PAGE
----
Meet today's heroes of the economic blogosphere: Chana Joffe-Walt and Kestenbaum of NPR's Planet Money. Faced with the challenge of explaining how the economy imploded, they pooled their cash and bought their very own toxic asset (i.e., part of a bond made up of bad mortgages). They plan to dissect the asset, follow its changing value, and ultimately let their audience watch the asset "die." Experts and laymen alike are delighted by the innovative project, which went public this morning. The first rave reviews:
- 'Listen to the Podcast--It Is Pretty Funny!' says finance blogger Bill McBride at Calculated Risk.
- A Fantastic Idea "You've got to hand it to the reporters over at NPR's Planet Money," says Mother Jones's Andy Kroll. "They're always cooking up clever new ways to report on the big business and economic issues of the day." He thinks this feature is perfect: the "toxic assets" are "one of the jargony words you hear bandied about but never simply defined."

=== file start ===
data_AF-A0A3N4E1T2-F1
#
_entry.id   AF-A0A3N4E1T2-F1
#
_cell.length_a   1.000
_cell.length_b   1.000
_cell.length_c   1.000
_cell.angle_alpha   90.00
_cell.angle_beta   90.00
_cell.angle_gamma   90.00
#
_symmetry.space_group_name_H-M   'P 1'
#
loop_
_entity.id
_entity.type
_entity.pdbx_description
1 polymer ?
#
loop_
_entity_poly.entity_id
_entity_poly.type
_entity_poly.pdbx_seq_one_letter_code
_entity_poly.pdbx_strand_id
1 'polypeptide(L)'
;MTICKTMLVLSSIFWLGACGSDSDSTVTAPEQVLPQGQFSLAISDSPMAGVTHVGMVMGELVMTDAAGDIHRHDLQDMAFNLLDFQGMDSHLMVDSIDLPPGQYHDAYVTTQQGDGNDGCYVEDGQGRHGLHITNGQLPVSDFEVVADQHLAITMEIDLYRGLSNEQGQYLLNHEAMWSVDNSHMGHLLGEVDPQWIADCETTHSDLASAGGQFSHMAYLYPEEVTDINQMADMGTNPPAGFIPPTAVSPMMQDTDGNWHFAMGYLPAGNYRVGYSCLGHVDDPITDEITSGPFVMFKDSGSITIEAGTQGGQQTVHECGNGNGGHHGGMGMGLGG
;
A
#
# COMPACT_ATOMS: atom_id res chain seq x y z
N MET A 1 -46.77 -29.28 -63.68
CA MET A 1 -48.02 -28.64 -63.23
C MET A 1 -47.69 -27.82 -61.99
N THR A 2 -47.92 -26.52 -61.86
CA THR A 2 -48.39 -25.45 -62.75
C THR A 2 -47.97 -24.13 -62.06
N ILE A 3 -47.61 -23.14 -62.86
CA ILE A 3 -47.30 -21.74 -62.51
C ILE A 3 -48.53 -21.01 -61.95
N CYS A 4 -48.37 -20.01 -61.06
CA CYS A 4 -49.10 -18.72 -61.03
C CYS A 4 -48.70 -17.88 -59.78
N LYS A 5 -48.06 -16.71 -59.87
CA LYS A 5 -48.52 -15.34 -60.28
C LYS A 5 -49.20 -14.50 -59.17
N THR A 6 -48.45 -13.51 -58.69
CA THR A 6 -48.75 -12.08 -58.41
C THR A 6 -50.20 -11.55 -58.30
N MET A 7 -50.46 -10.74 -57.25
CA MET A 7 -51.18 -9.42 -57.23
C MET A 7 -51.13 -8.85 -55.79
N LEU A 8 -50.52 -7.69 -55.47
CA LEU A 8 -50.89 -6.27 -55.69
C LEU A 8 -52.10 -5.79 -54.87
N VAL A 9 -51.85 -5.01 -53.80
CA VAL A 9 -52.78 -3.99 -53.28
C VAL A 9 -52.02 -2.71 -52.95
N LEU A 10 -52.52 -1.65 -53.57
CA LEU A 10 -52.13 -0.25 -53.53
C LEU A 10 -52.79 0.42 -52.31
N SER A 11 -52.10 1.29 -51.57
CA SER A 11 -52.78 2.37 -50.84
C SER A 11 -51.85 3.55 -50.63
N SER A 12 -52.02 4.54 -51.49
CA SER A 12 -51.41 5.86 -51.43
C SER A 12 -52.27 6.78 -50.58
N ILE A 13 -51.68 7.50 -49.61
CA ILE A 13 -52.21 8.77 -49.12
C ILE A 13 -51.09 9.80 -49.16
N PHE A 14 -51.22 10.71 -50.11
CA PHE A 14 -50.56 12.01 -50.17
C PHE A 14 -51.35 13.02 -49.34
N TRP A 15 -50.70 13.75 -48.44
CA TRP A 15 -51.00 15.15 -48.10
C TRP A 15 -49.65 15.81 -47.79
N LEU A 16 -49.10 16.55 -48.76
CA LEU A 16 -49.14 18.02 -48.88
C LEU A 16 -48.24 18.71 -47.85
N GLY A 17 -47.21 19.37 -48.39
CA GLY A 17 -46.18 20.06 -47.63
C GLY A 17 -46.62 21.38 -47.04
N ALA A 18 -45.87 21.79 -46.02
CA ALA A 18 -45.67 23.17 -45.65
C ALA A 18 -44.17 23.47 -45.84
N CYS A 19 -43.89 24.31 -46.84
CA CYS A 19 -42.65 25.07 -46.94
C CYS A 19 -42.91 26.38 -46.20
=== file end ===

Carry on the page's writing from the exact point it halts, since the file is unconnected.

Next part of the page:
- 'The Excellent Planet Money Team' Good's Andrew Price gushes over the accompanying "interactive graphic where you can see exactly what's in their troubled mortgage puree, and watch its value change as people default or pay off their loans."
- A Scientific Approach "To understand more about a deadly bacteria," writes Jonathan Parker at the Kellogg School of Management's finance department blog, "a researcher would try to isolate it in the lab, study it, dissect it, sequence its genome, etc." That's sort of what the NPR team is doing, buying a toxic asset, "studying it, dissecting it, and sequencing its genome. Their ongoing work nicely illustrates what a canonical toxic asset is." He also notes that theirs is about as toxic as toxic comes.
- 'If You Don't Listen to the Planet Money Podcast, You Should,' instructs Fast Company's Cliff Kuang. "Published twice a week, there's absolutely no better resource out there, for anyone looking for explanations about the state our world economy." He's particularly keen on their "infographic" explaining "just how bad a bet the banks made when they went crazy for bundles of subprime mortgages."
This article is from the archive of our partner The Wire.
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